Interdependent Preferences, Militarism, and Child Gender

Citation:

Urbatsch, R. “Interdependent Preferences, Militarism, and Child Gender.” International Studies Quarterly 53, no. 1 (March 1, 2009): 1–21. doi:10.1111/j.1468-2478.2008.01521.x.

Author: R. Urbatsch

Abstract:

Selection effects make it difficult to determine whether concern for other people genuinely affects individuals’ policy preferences. Child gender provides a conveniently exogenous means of exploring the issue, especially in contexts such as military policy where girls and boys face different risks; in many countries male children are disproportionately likely to become soldiers and thus bear the costs of militarism. This creates divergent effects: those in households with girls generally prefer more hawkish foreign policies than do members of households with boys. Data from the 2004 American National Election Study confirm these intuitions, both in general statements of policy preference and in evaluating the net costs of the Afghanistan and Iraq conflicts.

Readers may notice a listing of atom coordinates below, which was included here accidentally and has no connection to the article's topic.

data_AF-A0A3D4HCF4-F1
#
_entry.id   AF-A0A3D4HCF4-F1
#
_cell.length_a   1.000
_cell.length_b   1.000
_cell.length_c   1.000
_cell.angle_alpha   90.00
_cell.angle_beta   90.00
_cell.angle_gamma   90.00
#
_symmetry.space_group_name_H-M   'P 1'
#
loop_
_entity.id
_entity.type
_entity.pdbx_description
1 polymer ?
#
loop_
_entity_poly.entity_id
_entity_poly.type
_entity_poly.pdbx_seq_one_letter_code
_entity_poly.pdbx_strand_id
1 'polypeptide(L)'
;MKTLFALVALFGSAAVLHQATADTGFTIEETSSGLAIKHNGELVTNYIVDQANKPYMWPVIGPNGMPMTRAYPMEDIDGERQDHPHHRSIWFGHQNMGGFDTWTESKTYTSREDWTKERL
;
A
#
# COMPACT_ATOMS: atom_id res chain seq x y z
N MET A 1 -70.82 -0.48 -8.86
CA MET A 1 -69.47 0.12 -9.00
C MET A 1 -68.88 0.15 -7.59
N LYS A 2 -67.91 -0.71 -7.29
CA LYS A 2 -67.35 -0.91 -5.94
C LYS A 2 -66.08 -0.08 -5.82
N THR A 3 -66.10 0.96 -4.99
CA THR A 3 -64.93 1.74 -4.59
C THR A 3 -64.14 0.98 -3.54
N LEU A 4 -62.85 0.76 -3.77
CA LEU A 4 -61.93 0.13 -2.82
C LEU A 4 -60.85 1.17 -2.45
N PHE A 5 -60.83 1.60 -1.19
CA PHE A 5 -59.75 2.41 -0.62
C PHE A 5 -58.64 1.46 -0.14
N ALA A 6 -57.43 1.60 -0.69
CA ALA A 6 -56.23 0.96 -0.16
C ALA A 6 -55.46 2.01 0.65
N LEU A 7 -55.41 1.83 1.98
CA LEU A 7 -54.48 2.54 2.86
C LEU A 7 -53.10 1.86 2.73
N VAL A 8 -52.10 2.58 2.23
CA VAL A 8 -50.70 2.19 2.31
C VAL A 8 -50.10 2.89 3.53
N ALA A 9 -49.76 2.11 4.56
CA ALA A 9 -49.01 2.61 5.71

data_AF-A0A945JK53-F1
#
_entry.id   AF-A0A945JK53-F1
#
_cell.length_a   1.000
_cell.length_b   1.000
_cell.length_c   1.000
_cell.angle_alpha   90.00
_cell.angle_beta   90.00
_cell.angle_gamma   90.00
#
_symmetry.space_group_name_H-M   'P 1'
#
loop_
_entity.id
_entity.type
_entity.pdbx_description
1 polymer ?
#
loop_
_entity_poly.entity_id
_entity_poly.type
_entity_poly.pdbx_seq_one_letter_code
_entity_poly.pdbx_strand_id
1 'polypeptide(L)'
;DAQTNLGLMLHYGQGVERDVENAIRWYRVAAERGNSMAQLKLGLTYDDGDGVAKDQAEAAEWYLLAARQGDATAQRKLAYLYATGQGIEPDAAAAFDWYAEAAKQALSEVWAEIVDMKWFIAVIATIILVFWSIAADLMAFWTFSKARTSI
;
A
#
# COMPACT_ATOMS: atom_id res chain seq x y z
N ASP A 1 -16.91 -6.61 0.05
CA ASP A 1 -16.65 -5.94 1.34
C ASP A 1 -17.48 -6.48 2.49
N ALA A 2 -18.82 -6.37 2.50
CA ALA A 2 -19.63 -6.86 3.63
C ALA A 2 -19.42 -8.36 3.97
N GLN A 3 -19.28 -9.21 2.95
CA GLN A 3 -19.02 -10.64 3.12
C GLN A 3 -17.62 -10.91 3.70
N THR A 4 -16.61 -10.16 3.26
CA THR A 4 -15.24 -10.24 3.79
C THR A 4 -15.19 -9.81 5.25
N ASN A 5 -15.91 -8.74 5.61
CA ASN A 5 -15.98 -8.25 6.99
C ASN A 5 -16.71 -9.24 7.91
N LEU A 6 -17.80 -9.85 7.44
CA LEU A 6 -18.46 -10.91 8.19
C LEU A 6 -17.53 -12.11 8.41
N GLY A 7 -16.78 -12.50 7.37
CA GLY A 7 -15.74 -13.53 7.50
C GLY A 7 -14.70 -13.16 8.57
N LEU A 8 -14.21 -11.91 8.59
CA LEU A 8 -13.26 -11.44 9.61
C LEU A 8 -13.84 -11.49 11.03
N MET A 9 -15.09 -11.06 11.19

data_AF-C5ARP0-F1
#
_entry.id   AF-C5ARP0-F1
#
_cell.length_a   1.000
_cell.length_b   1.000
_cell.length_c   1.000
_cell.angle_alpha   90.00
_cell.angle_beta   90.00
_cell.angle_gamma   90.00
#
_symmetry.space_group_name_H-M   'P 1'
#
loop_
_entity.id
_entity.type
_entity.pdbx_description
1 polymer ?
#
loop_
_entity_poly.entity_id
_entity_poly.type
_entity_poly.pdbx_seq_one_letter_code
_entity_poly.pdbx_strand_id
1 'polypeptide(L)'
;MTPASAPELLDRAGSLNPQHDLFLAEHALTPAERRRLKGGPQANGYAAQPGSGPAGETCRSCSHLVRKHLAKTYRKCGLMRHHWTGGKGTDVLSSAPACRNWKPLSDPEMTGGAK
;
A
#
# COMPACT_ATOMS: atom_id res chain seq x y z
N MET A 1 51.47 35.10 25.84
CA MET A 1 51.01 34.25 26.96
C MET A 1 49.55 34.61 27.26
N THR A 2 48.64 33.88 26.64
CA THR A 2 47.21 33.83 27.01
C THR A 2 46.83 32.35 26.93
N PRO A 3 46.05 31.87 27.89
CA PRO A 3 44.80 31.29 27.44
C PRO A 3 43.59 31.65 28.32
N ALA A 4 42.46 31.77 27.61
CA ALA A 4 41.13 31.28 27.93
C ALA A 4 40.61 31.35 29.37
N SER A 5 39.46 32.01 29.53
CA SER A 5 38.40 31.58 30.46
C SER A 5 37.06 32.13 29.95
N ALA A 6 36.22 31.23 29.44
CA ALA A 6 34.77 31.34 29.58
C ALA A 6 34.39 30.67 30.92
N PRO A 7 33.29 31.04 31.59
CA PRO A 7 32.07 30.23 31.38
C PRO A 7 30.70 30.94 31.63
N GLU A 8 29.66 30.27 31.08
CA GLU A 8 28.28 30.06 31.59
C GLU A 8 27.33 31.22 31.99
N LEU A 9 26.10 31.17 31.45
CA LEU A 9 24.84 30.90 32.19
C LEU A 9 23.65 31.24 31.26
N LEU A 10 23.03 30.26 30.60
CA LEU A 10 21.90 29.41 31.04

Topics: Armed Conflict, Combatants, Child Soldiers, Female Combatants, Male Combatants, Gender, Girls, Boys, Gender Balance, Elections, Households Regions: Americas, North America Countries: United States of America

Year: 2009

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